Theo Parrish, King Midas Sound, Demdike Stare Make Mutek 2010 Memories
- Words: Walter Wasacz
- Photo: Walter Wasacz
The first thing that gets your attention at MUTEK, even before you experience the music, is its clockwork efficiency. Drivers, merchandisers, sound and lighting technicians, curators, paid staff and volunteers are all wonderfully in sync. And all incredibly nice. The venues, nearly all central and walkable, are perfectly matched to human-scale Montreal urbanism. The only stage that takes an effort to get to is also the prettiest: the picnic grounds at Parc Jean-Drapeau on Isle Ste-Helene on the St. Lawrence River, accessible by boat, subway, and motorized or pedestrian bridges.
It was there that hundreds danced beneath a huge Alexander Calder sculpture, just down the path from the even more massive Biosphere designed by Buckminster Fuller for the 1967 World Expo. Sweden's Minilogue was on stage, live-jamming exquisite techno from the word go, as fans arrived from all directions, ducking raindrops in between trees and lovely architecture.
Minilogue is a versatile group on record, moving from acid trance to minimal to ambient with ease. But seeing them perform in this location, with the city's skyline at their backs, was sublime. They seemed to love it, too, feeding off the energy of the bodies gathering up front. Big ups for playing a crazy version of "My Teenager Gang."
This was Saturday, which began with a light mist, turned into a downpour, and opened up briefly with blue skies before the rains came again. The following day's picnic was a washout: the party was moved to the midtown club Metropolis.
Launched in 2000, MUTEK is a five-day festival held in seven locations, which means you can't see it all. Though it's not for lack of trying. In one notable instance, I had to choose either Demdike Stare or Actress, both going off at exactly the same time. I picked Demdike Stare—Manchester's Miles Whittaker and Sean Canty—making its North American debut. The group's music might be best described as autumnal ambient with elements of post-industrial noise. Whiffs of Basic Channel and Detroit dub techno (think Deepchord/Echospace/Mike Huckaby) lurk just below the surface. The shambolic program started patiently, tumbling forward as it went deeper, swirling with effects, all made coherent by buzzing bassline vibrations. Nasty stuff; all good.
King Midas Sound (in another North American premiere) jumped on stage only minutes later. Kevin Martin, appropriately wearing a Sun Ra Research t-shirt, performed in front of a huge mixing board, surrounded by a laptop, controllers, and other gear. Stage right, vocalists Roger Robinson and Hitomi joined him on mics, guitar, and keyboard.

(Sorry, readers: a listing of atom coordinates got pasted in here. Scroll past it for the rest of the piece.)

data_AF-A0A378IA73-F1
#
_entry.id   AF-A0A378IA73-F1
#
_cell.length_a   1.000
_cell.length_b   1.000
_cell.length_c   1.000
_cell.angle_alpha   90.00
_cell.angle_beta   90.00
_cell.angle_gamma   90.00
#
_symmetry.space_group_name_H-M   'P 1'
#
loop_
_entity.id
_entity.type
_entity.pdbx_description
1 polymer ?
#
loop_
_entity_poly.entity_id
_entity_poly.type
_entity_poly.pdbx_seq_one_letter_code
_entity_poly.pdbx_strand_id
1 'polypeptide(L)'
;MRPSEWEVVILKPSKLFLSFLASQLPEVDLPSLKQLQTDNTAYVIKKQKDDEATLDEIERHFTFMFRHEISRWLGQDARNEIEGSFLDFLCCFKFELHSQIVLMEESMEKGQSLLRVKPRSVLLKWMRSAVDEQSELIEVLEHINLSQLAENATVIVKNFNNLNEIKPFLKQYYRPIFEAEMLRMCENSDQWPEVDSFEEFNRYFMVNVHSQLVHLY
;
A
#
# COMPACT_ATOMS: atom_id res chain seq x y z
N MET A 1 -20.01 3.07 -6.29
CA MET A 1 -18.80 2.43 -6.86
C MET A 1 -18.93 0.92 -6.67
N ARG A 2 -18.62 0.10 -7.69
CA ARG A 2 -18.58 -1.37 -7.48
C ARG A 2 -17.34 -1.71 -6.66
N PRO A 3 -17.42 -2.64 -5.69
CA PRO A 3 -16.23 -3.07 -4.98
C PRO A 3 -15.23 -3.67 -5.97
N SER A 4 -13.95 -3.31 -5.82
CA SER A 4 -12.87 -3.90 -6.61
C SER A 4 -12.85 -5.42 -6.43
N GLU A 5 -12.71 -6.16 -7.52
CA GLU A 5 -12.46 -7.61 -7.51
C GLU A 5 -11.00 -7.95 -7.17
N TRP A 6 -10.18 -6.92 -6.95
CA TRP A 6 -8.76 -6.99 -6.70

King Midas Sound's Roger Robinson
The sound was immense, tracks from last year's stellar Hyperdub full-length Waiting for You making up a large portion of the set. This is hardly a large complaint, but the set worked more like a stage production by The Bug, Martin's ragga/dancehall project, rather than the more subtle soul-jazz vibe of the newer group. The voices had a tough time cutting through the thickening din, however tasty it was.
King Midas Sound's Kevin "The Bug" Martin
Ikonika finished the night with a DJ set that started on a UK ravy tip and remained there until I left. She was good, but the job following a live-wire techno animal like Martin is thankless. It's doubtful anyone can do it.
Other highlights included an improvisational set by the Moritz von Oswald Trio, which featured a dapper von Oswald decked out in a suit, flanked by Max Loderbauer (Sun Electric, nsi) and Sasu Ripatti (a.k.a. Vladislav Delay) on drums. The group borrowed phrases from its 2009 LP, Vertical Ascent, but altered them in a way that made them sound entirely new—more dub jazz than dub techno. It was a cool performance, maybe too cool for a hopped-up closing-night crowd prone to nervous chatter, bursting at the seams, ready to dance.
And dance they did from the first drop of Theo Parrish's needle to the last. It was an amazing performance by a vital DJ-artist in his prime. He played vinyl exclusively, no computers or Serato digital-mapping gear in sight, including records from his own Sound Signature catalog and other Detroit, Chicago, and New Wave hits (never thought "Bed's Too Big Without You" by The Police would ever sound so good again).
It was a stunning weekend of electronic music and electric people, the best combination there is for a winning series of parties, never mind the damn rain.
**Walter Wasacz's Nospectacle project also performed at this year's MUTEK.
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